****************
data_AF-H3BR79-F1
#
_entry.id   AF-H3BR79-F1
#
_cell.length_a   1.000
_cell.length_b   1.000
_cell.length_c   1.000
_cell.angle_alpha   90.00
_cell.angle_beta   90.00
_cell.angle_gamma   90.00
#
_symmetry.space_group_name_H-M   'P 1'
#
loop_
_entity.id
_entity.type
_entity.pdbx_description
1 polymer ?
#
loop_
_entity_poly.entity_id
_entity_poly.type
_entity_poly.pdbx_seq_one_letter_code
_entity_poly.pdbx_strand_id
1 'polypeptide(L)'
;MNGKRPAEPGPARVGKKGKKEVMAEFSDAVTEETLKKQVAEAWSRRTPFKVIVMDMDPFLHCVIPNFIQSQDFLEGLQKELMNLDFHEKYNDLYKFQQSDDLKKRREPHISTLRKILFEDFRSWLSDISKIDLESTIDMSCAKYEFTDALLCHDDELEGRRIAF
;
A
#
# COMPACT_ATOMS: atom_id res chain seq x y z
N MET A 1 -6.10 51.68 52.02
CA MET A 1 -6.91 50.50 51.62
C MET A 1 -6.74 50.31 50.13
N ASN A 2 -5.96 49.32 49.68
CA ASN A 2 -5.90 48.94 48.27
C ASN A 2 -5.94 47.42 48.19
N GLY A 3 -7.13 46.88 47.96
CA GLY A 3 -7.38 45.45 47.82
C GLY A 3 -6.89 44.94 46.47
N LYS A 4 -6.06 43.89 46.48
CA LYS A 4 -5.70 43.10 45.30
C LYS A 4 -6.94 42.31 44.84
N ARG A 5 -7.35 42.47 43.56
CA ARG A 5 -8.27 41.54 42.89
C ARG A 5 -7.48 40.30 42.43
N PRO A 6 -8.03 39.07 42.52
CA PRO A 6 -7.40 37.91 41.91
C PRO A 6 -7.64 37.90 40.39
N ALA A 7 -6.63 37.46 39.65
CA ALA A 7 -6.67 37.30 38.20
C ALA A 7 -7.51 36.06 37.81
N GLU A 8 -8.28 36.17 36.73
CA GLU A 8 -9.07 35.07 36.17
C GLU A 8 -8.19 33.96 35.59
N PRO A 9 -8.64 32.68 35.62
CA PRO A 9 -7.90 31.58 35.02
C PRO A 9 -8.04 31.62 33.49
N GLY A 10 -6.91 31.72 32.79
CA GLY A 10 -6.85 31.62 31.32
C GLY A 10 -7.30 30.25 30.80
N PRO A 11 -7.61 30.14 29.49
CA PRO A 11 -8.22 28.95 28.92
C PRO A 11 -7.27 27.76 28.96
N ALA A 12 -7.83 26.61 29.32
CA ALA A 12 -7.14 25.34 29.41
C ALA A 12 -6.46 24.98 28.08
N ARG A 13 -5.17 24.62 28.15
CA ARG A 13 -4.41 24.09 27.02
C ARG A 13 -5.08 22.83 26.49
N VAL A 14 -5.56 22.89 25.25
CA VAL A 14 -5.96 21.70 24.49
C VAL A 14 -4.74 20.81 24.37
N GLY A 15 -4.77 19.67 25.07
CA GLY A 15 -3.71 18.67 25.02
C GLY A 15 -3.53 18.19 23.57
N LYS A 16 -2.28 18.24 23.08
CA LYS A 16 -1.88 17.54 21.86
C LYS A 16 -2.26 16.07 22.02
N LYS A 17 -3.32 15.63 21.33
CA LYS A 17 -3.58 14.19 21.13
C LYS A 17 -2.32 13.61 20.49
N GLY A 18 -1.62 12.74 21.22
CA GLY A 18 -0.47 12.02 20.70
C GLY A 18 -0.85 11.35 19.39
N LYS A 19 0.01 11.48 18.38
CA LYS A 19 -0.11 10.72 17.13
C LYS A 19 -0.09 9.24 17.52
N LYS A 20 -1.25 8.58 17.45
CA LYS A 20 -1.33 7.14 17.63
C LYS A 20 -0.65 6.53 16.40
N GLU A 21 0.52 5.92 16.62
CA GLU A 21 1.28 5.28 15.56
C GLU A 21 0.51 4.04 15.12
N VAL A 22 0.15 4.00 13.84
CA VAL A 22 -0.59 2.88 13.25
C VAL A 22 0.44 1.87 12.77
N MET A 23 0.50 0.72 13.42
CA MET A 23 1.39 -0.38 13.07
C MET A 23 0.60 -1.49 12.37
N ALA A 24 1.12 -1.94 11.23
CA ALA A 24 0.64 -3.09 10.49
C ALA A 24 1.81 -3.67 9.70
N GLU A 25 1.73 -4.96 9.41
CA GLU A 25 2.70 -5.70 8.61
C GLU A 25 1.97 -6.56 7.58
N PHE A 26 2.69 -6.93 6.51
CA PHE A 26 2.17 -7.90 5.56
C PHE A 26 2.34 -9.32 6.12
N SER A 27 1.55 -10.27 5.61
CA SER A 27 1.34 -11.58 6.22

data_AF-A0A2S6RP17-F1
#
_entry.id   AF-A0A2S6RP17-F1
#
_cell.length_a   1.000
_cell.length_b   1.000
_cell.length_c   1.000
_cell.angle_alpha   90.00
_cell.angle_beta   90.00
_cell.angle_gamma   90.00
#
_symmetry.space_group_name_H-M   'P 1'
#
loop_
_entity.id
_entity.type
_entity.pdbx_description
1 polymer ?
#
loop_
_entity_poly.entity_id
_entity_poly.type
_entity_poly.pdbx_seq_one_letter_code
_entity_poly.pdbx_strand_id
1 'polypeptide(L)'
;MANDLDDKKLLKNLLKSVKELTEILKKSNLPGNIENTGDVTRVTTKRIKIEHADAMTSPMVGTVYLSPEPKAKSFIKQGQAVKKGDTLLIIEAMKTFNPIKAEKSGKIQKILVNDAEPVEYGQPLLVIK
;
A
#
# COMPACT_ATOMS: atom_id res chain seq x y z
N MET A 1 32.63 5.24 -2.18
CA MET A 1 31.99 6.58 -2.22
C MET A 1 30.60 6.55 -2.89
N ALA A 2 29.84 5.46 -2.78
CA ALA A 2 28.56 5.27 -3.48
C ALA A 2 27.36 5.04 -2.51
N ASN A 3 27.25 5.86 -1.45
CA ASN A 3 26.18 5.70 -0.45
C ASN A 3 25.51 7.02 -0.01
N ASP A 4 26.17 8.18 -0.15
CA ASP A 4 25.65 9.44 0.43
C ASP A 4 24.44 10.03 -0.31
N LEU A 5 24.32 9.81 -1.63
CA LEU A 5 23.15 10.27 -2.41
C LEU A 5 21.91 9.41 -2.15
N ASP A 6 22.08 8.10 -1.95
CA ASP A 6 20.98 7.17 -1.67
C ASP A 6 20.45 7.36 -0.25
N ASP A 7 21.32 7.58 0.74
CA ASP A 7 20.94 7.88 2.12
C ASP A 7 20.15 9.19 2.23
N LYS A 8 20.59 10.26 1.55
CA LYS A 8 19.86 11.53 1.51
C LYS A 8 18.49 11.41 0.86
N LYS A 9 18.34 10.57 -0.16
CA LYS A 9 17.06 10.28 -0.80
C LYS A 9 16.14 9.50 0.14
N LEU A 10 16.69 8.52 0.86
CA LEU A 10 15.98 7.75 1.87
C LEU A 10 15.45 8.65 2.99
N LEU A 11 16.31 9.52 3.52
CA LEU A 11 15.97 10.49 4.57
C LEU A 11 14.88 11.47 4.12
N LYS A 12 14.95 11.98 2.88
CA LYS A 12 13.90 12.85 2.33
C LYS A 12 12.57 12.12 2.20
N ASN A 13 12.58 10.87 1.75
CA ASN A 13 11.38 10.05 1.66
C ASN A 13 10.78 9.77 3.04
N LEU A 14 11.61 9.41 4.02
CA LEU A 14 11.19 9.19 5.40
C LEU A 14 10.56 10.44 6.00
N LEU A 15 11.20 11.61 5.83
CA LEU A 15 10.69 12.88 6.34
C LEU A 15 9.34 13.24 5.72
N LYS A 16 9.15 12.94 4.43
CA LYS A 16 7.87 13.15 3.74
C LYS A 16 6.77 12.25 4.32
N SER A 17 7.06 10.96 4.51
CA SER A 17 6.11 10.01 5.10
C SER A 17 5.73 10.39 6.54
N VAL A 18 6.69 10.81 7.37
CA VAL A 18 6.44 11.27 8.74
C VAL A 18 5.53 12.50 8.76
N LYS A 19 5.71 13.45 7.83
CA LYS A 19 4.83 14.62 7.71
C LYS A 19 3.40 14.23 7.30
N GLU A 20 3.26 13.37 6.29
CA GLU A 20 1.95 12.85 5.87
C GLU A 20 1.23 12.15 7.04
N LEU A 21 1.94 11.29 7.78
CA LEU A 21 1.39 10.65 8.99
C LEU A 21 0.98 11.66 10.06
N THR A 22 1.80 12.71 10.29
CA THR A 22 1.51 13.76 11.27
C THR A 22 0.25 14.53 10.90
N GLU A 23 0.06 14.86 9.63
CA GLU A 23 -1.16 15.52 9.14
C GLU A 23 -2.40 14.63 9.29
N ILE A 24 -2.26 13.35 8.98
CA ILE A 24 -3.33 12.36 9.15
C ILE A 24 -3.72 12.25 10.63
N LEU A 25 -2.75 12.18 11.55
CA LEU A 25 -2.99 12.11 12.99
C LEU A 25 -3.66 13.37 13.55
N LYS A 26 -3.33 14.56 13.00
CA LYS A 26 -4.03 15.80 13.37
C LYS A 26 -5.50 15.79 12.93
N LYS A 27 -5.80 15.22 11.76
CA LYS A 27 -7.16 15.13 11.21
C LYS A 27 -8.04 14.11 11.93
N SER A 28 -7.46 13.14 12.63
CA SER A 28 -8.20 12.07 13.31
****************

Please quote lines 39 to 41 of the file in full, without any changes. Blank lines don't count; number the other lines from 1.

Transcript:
C GLY A 3 -6.89 44.94 46.47
N LYS A 4 -6.06 43.89 46.48
CA LYS A 4 -5.70 43.10 45.30